HealthLink BC File #110a, May 2010
Preventing Choking in Residents in Residential Care Facilities
A Focus on Staff
- On admission to a residential care facility
- During care
- What can I do to help prevent choking during snacks and mealtimes?
- What special training should workers have?
Some adults and youth who live in residential care facilities may have chewing difficulties, swallowing problems or dementia and can be at high-risk for choking. Residents who have had a stroke or head injury, or those with conditions such as Multiple Sclerosis (MS), Parkinson's Disease, Cerebral Palsy or Amyotrophic Lateral Sclerosis (ALS), are also often at higher risk for choking. It is important that staff is aware of ways that they can help prevent choking.
On admission to a residential care facility
When a new resident comes to live at a residential care facility, a Nutrition Care Plan must be completed as part of the professional clinical assessment and care plan. The Nutrition Care Plan includes information about what type of diet the resident needs, and any specific mealtime changes or help that is needed to prevent choking. If the resident arrives with a special diet or meal plan, it is to be followed until they are assessed by a qualified health care provider.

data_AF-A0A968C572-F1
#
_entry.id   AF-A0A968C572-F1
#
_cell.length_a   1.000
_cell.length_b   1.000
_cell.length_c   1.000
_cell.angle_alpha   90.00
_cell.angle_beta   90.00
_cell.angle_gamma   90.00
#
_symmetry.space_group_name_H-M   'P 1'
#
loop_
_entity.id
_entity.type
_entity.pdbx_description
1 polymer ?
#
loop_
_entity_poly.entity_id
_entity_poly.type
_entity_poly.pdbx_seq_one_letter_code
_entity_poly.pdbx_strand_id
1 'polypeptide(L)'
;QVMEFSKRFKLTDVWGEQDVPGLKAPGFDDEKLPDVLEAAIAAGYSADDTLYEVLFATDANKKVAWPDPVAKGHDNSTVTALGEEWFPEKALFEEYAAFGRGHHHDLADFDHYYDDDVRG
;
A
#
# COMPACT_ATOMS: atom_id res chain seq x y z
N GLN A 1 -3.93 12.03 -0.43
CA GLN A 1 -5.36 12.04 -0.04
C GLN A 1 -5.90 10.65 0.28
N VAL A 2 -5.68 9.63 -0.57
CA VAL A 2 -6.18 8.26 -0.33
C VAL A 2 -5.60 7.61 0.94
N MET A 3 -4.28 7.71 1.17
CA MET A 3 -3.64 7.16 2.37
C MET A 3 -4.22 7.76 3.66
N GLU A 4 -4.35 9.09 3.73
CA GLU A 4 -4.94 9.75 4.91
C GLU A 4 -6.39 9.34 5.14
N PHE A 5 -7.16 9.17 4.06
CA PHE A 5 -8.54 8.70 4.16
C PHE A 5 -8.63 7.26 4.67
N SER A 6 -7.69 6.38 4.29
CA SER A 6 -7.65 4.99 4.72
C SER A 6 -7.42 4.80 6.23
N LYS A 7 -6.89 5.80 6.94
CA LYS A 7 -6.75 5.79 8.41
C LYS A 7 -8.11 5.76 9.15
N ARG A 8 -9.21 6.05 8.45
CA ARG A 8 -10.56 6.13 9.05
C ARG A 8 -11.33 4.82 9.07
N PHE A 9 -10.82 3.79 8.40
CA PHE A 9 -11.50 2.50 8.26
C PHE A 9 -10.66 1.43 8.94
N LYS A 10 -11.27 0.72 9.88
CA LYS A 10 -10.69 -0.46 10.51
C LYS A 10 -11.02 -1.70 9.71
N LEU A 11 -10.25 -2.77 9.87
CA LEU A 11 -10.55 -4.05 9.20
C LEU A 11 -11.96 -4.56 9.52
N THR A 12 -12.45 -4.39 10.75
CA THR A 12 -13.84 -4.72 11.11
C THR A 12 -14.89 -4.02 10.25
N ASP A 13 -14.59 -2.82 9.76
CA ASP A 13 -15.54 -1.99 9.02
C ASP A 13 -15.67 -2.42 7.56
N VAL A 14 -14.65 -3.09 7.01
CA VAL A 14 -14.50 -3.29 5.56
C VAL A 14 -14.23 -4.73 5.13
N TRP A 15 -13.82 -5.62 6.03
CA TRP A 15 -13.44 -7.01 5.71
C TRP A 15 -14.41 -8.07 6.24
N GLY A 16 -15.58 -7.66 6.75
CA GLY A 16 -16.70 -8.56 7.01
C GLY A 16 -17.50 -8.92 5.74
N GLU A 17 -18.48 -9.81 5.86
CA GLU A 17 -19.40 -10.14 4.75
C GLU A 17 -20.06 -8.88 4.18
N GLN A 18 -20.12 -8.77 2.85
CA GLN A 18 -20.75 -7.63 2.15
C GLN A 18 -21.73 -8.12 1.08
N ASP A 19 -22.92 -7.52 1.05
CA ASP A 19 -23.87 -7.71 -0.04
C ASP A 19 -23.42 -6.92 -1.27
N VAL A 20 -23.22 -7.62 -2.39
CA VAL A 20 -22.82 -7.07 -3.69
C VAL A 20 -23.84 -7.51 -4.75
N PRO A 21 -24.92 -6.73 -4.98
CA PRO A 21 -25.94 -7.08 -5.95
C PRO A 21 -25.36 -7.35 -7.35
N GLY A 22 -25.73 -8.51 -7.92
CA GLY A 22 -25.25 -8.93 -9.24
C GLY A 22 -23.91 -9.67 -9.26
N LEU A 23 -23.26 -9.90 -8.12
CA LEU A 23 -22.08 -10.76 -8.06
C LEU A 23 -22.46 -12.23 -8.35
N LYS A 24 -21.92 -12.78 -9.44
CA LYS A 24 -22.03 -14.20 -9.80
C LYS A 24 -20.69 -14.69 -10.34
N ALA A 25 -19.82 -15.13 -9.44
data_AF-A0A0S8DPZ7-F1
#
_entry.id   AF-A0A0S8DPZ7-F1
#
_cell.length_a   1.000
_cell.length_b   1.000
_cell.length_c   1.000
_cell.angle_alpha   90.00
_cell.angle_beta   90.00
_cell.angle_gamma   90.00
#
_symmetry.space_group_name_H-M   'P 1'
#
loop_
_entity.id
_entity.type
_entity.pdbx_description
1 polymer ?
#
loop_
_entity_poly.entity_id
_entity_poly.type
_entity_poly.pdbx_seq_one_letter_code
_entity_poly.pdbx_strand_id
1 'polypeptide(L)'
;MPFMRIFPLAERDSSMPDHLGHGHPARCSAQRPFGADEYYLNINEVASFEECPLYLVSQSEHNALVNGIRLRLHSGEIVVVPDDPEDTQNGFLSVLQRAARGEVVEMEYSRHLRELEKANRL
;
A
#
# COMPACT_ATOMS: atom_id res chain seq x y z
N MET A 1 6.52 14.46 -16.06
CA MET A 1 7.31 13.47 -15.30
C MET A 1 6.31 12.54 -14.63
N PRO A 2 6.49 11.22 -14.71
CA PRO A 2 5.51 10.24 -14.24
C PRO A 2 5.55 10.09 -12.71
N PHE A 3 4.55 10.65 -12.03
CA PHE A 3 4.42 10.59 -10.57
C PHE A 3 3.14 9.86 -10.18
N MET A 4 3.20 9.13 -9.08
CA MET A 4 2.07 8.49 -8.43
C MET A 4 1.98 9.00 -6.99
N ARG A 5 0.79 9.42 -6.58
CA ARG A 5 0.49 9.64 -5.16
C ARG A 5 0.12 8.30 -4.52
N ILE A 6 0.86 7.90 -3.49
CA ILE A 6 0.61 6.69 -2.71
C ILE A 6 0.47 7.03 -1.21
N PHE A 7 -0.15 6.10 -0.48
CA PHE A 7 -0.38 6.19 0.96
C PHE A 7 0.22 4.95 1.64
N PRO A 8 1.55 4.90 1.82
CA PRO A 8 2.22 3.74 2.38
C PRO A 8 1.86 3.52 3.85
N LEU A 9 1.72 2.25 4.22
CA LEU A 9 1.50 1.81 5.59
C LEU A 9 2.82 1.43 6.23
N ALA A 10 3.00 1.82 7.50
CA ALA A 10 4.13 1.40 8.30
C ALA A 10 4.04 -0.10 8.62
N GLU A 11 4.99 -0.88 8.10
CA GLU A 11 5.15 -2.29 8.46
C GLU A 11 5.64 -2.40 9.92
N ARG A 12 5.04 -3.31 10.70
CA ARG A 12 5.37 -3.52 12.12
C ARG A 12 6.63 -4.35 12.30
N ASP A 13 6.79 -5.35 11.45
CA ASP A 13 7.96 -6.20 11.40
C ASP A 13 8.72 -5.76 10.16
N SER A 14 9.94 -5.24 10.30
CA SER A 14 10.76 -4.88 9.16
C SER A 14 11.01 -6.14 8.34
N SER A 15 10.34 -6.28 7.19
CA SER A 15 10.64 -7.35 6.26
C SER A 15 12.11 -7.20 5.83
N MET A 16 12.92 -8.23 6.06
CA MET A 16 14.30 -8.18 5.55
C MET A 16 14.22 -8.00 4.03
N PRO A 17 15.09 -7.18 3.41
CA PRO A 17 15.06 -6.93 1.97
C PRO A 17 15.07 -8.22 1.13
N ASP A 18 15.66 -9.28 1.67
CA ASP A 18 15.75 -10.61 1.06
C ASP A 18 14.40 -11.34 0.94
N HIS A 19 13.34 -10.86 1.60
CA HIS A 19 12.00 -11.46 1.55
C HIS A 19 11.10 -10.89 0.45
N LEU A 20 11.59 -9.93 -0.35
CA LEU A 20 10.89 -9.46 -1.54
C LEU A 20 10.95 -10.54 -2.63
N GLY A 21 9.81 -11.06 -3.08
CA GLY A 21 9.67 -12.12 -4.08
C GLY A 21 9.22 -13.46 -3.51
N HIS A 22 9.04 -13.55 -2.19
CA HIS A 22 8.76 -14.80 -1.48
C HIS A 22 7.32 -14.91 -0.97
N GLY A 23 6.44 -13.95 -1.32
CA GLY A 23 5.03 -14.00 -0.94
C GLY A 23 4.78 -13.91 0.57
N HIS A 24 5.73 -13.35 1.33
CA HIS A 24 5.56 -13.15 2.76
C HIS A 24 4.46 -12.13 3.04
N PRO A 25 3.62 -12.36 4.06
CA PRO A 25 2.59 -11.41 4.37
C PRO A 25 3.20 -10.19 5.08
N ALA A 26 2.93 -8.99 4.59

The Nutrition Care Plan must be developed with the assistance of a Registered Dietitian in facilities with 25 or more persons in care. If the facility has fewer than 25 persons in care, the Nutrition Care Plan may be completed by another staff member. A Registered Dietitian will be consulted if staff decides that the resident needs further assessment. A nutrition screening form is used to decide when to refer to a Registered Dietitian. See the "For more information" section.
If the resident is admitted with "dysphagia" (or swallowing difficulty) a Registered Dietitian or dysphagia team member should assess the resident as soon as possible. Changes in the texture of foods may be needed. Some residents may also have trouble swallowing thin fluids such as water or milk and may need thickened fluids.
A resident's health condition can change over time. If you notice that a resident is having any of the following difficulties during or after eating and drinking, they may need to be assessed by a Registered Dietitian and/or dysphagia team member:
- Coughing, choking or excessive drooling,
- Pocketing food (holding food in the cheek area, under the tongue, or on the roof of mouth),
- Making "gurgling" sounds,
- Having slurred speech,
- Complaining that food "gets stuck" or "goes down the wrong way",
- Clearing the throat regularly,
- Refusing or avoiding certain food(s),
- Lung congestion or chronic respiratory infection,
- Sleepiness, tiredness or slumping over during meals,
- Eating very slowly (longer than 30 minutes to eat a meal) or leaving meals uneaten,
- Forced chewing or swallowing,
- Taking many swallows with one bite,
- Eye tearing after swallowing,
- Food or liquid comes out of the nose at meal or snack time or with attempts to swallow.